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Sunday, August 1, 2010

Up at Night

Here's a few thoughts from the erratic and unpredictable mind of your's truly.

1.) Coincidentally and apropos to my sister and BiL quick visit this weekend, Nicholas Kristof's column this week speaks to the increasing cost of the Afghanistan war (which has seemingly sneaked under the mass media's attention/distribution unlike that costly health-care bill that actually serves the citizens of this country but was apparently going to bring this country to it's knees). My BiL flies F-16s for the US Air Force and from what I can tell, he's quite good at it.  He loves what he does and gets a boy-like excitement when he talks about pulling Gs, flying, weapons, lasers, bombs, etc.  I remember asking him what he liked most about flying and he replied simply, "Because once you get above the clouds, the sun always shines."  

This week his training including dropping live bombs on old trucks as target practice in the remote areas of Alaska.  This training is vitally important to his success as he soon will be deployed to a location still classified.   I was teasing him about the cost of his job on tax payers, the million dollar plane, the $50k live training bombs, just the sheer cost of fuel itself! Mind blowing.   His job fits exactly into the conversation that Kristof's article address.

The piece points out, the amount of education that could be provided not only to the citizens of the United States but also the children of Afghanistan is truly staggering (i.e. the cost of just of just one soldier for a year is equivalent to building 20 schools in Afghanistan and that cost of 240+ soldiers could pay for the higher education program for all of Afghanistan).  Now, don't get me wrong, I see both arguments for the defense spending and the agrument for domestic programs. And I am so grateful that my BiL risks his life to serve in the US AF.  But I have to ask the same questions a Kristof asks, "...isn’t it time to rebalance our priorities?"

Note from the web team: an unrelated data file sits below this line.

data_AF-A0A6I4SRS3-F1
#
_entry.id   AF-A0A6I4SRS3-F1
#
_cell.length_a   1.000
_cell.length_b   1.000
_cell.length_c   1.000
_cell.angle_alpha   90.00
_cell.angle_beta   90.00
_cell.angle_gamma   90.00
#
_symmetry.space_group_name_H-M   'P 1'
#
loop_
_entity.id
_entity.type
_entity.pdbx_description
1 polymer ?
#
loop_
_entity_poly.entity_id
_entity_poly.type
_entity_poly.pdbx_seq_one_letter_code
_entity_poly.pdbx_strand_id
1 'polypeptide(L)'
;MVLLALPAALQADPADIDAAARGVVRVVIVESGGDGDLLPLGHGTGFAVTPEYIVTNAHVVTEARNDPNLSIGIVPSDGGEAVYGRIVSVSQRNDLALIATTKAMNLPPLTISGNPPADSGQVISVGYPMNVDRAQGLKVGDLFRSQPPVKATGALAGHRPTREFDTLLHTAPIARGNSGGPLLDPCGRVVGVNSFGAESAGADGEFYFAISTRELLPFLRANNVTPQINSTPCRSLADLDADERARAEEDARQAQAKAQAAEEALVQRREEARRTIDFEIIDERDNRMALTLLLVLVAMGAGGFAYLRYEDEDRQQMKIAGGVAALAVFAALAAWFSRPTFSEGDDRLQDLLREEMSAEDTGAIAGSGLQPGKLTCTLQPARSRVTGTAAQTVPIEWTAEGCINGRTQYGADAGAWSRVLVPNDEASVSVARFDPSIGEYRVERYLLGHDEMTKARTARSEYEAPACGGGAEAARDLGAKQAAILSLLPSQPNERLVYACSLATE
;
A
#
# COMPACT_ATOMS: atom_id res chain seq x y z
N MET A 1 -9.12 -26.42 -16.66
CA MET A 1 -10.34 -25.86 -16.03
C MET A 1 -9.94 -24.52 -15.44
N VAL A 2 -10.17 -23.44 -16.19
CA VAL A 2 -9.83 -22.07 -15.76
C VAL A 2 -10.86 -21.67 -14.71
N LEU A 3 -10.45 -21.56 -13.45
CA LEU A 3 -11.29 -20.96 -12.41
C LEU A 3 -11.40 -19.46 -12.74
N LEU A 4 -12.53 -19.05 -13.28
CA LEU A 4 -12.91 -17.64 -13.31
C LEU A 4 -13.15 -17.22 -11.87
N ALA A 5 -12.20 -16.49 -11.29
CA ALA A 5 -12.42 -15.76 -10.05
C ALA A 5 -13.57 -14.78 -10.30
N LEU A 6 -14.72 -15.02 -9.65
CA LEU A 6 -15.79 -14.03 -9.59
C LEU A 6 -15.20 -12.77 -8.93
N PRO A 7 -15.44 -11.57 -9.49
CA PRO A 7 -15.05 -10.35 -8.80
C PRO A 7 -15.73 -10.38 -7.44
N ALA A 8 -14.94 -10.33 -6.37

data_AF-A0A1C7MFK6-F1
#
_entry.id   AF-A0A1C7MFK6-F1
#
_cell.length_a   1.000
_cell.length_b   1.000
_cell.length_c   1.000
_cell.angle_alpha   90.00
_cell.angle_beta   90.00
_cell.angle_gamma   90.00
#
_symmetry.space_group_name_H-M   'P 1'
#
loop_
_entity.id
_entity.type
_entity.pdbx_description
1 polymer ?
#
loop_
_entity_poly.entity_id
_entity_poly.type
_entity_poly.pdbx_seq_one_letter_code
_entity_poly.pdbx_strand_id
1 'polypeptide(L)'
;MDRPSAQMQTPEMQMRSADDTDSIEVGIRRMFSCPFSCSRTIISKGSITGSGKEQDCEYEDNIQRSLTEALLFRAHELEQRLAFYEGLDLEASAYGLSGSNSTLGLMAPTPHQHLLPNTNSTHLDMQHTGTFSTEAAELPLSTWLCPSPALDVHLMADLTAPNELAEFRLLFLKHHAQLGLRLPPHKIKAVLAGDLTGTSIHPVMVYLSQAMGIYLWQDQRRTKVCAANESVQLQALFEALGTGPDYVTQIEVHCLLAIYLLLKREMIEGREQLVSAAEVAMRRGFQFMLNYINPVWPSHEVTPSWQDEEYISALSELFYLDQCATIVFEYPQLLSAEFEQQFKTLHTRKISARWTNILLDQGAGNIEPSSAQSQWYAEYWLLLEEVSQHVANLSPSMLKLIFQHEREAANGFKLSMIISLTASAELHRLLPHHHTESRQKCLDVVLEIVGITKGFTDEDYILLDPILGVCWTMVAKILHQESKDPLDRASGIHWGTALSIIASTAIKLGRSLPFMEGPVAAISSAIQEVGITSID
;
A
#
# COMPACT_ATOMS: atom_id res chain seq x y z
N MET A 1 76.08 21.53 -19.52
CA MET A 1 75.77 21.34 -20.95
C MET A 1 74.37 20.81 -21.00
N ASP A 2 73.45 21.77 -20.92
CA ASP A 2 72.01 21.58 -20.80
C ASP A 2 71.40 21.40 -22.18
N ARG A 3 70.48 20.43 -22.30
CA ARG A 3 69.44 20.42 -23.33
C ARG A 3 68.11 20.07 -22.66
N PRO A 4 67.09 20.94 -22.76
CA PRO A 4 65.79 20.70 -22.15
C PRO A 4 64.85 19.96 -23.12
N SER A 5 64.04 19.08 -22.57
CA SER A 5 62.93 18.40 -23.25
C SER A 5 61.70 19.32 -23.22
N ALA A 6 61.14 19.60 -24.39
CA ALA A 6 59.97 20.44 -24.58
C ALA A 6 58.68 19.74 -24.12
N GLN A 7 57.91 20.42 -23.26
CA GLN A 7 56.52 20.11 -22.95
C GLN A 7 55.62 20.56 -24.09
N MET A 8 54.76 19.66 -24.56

2.) I listened to an old episode of RadioLab this weekend.  The topic was lying.  The lies we tell each other, pathological liars, and most interestingly, the lies we tell ourselves, or self-deception. The end of the episode ended with this quote:

"The people who are the happiest are the people who are lying to themselves more.  The people who are the most realistic that actually see the world exactly how it is, tend to be slightly more depressed than others...Depressed people lie less.  They see all the pain in the world, how horrible people are to each other, and they tell you everything about themselves, what their weaknesses are, what terrible things they've done to other people, and the problem that they are right. And so maybe it the way we help people is help them be wrong.  It might just be that hiding ideas that we know to be true, hiding those ideas, from what we know that we know are to be true,  we need those ideals to get by. We're so vulnerable to be hurt, we've been given the capacity to disturb, it's a gift."

While the quote's context is more generic in application, I've thought a lot about this in the context of faith, interpersonal relationships, grief and perception of beauty.  How often so we tell ourselves all is well, or everything is ok? Moreover, at what point do we acknowledges reality or truth as mere deception of reality to create a false blanket of comfort or hope?  Then, what's so wrong in living with false security if you never find otherwise? And even if you do find out other wise, so what?  Then you were just wrong?  Moreover, who defines another person's truth in which their framework of happiness is constructed?  I could go on, but this I found this idea of self-deception linked to happiness quite intriguing.

3.) I'm reading AIDS Sutra: Untold Stories from India. It's kind of a downer but I picked it up at work in order to attempt to humanize what people on the team are attempting to accomplish.  In the Forward, authored by Amartya Sen she begins with, "Human ordeals thrive on ignorance.  To understand a problem with clarity is already half-way towards solving it.  Confusion distorts individual behaviour as well as social action, and ignorance of the effectiveness of social intervention contributes greatly to the resignation, fatalism and ultimately callousness."

While this is presented in the framework of the present-day AIDS epidemic, I was struck particularly by the universal application of this idea that perpetuating ignorance that creates cyclical consequences both personally and socially.   I was reminded how my ignorance of other cultures, people, lifestyles, belief systems, etc. often limits my behavior, not necessarily in a malicious way, but in a conservative self-conscious way.  I don't consider myself a particularly callous person but perhaps, the lack of engagement with others, based in ignorance and misuderstanding, leads to the perception of callousness.  This I want to change. Not sure how, but I will.

These are the things that keep me up at night.  Well, these and what am I going to wear tomorrow.


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